Home Articles Integrated agricultural information database for tropical forest conservation

Integrated agricultural information database for tropical forest conservation

Kei Sato1, Tomoyuki Suhama1, Krishna Kumar Mishra1 and Akira ITO2
1PASCO Corporation
1-1-2, Higashiyama, Meguro-ku, Tokyo 153, Japan
Tel : (81)-3-3715-1530 Fax : (81)-3-3715-1470
Email: [email protected]

2Japan Agricultural Land Development Agency
2-4-1, Shibakouen, Minato-ku, Tokyo 105, Japan

An Integrated Agricultural information Database (IAID) was developed to make effective use of the alang-alang grassland for the sustainable agricultural and rural development in the Tanahlaut Region, South Kalimantan Province, Indonesia. The GIS database included land use information derived from satellite data, and generated land resource and land suitability maps based on natural and social factors, land development control/plan and information on the distribution of transmigration villages. The IAID finally led to the evaluation of potential agricultural lands and compilation of the possible agricultural development map. The resultant database is expected o be utilized to promote conservation of tropical forests and to meet region’s growing needs for agricultural and other socio-economic purposes.

The rapid deforestation is causing serious problems to the socio-economic matters, the natural and the ecosystem of the tropical countries. The world’s deforested land is increasing fastest in Asia at 1.4 per cent a year, second only to Africa (ADB, 1991). The causes of deforestation, natural factors and various social factors including population growth and demand for increases agricultural production, are combining in a complicated manner to aggravate the situation. It is essential to consider agriculture, one of the main reasons for deforestation, to establish last technology for its sustainable development in the tropical forest region.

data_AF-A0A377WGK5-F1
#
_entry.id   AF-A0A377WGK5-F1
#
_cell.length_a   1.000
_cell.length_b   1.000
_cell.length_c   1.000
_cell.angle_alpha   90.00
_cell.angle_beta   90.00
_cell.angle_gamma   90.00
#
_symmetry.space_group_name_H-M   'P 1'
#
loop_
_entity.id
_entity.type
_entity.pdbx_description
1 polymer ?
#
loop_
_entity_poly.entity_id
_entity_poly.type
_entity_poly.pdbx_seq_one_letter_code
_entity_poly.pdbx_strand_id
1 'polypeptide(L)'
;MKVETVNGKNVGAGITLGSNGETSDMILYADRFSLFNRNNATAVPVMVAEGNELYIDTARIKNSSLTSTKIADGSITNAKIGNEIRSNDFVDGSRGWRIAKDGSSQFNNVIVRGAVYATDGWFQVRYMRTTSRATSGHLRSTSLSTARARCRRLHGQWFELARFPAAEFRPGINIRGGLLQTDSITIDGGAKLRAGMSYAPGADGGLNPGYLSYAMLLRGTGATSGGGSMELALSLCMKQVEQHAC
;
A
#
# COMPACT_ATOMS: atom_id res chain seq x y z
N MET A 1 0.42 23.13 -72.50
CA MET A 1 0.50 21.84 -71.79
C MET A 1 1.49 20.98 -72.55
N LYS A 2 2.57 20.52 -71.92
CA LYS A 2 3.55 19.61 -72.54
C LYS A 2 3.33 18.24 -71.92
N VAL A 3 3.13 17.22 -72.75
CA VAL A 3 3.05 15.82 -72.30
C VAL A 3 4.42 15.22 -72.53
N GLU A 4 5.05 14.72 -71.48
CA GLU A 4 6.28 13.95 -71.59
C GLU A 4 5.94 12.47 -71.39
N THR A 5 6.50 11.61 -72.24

The previous studies indicate that Indonesia’s agriculture dependent on tropical forest is being pursued, but inadequacy of agricultural technique is hampering a sustainable form of agriculture. Under these circumstances, mainly because of the practice of slash-and-burn farming and the abandoning of cultivation, large tracts of agricultural land are now left unused or being allowed to remain the idle (land covered with alang-alang grassland). To redevelop alang-alang covered wastelands it was necessary to evaluate such areas for agricultural development and establish techniques for sustainable agricultural and rural development.

The principal thrust of this study was to develop Integrated Agricultural Information Database (IAID) for sustainable agricultural and rural development and to conserve tropical forest in the Tanahlaut region, South Kalimantan Province, Indonesia.


  • Study Area and Data
    The Tanahlaut Region (around 387,367.8 hectares) located at the southern part of South Kalimantan, Province, Indonesia, has been the location of the study concerned with agricultural and rural development for the conservation of tropical forest. Large tracts of forest is presumed to have been logged in the past. A wide distribution of degraded alang-alang grassland appears to have developed in low-lying and flat or gentle slopes where former cultivated land has been abandoned.

    The field survey consisted of Global Positioning System (GPS) data collection, verification of land use distribution and investigation for land suitability evaluation based on the social factors. In the surveys, documents primarily on the cultivation requirements of the major crops, various base maps, data mainly on land development plans and land development control were collected.

    The LANDSAT TM satellite data (Path/Row 117/062-063, 7 February 1994 and Path/Row 118/062, 19 June 1993, sub-scenes ) covering the whole region was processed for color composite image and land use map preparation.

  • Land Construction